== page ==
Possession and Other Spirit Phenomena in Biblical Literature
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CitationCarlson, Reed. 2019. Possession and Other Spirit Phenomena in Biblical Literature. Doctoral dissertation, Harvard Divinity School.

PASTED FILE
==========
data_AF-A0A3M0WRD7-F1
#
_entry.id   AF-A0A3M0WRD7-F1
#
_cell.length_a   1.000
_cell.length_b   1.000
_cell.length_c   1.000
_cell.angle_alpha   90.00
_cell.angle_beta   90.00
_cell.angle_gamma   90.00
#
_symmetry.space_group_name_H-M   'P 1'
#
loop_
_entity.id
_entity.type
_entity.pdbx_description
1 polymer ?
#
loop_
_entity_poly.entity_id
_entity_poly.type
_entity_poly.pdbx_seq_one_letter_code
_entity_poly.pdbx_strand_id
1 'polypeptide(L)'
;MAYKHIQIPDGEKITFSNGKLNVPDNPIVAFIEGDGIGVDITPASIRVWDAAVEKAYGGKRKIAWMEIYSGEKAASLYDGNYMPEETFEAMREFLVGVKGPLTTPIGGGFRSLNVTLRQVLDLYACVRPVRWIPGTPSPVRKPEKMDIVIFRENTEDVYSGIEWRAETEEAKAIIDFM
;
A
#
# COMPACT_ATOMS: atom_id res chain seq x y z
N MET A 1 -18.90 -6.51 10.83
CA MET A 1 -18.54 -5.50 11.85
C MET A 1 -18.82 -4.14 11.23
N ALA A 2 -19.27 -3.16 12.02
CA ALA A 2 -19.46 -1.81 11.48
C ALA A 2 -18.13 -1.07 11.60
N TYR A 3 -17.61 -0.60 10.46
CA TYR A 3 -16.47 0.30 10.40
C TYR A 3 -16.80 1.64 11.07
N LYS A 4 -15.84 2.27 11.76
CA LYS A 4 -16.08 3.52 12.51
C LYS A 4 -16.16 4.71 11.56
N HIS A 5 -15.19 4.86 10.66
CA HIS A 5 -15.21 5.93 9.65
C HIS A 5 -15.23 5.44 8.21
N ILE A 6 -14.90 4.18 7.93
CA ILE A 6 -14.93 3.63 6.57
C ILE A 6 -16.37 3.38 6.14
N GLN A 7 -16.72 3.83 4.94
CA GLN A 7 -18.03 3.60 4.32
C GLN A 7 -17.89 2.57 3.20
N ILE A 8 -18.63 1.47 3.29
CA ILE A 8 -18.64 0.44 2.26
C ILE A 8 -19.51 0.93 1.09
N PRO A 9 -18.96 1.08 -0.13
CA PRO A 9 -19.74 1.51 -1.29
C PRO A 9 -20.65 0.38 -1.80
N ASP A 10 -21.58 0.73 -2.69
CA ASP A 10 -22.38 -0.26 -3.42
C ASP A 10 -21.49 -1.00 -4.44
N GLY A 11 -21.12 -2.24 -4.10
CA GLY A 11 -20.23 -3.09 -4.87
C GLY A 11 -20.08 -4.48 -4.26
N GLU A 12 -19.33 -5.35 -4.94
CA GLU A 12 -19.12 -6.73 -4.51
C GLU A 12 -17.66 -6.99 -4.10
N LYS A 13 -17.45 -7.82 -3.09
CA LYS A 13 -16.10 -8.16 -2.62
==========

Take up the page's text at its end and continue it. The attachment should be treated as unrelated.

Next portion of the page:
AbstractThis dissertation maps the functions of spirit language, rituals, and myths in the Hebrew Bible and in Second Temple Jewish literature. Most studies of these phenomena aim to decode them using modern categories (e.g., mental health, symbolization of oppression, demonization of the ‘other’). In contrast, this project applies models from cultural anthropology and ethnography on possession, trance, and other similar practices from around the world in order to reveal functions not usually associated with spirit texts (e.g., “technologies of the self,” social commentary, therapeutic self-othering, a means to reembody the past). It argues that this literature was a crucial component for constructing conceptions of the self in early Judaism and Christianity. Further, it demonstrates how the problematization of the self in biblical literature led to the enigmatic conceptions of spirit possession and exorcism found in Second Temple Jewish Literature. Chapter one, “Unfamiliar Spirits,” positions this project at the intersection of two contemporary scholarly discussions in biblical studies that have often proceeded separately (studies on conceptions of “the self” and of “evil”). Chapter two, “What are Spirit Phenomena?” defines the terms “possession” and “spirit phenomena” as they are used in the project and lays out the underlying investigative method of the dissertation. Chapter three provides an overview of previous scholarship on spirit phenomena in both biblical studies and the study of religion. Chapter four, “The Spirit and the Self,” demonstrates how spirit-language is a common mode for articulating notions of personhood in biblical literature. This conception is labelled the “animating spirit,” because it is conceived as material-like and as a bodily organ that is imparted at birth and extracted at death. Chapter five, “Possessing Spirits,” describes those spirit possession episodes in biblical literature that are temporally limited and imparted for a specific purpose. These spirits can be characterized as good, bad, or morally neutral and their presence is signaled by possession or trance behavior. Chapter six, “Demonizing the Self,” surveys biblical literature and select examples from the Dead Sea Scrolls, showing how the animating and possessing modes of spirit phenomena are not mutually exclusive but rather exist on a spectrum.
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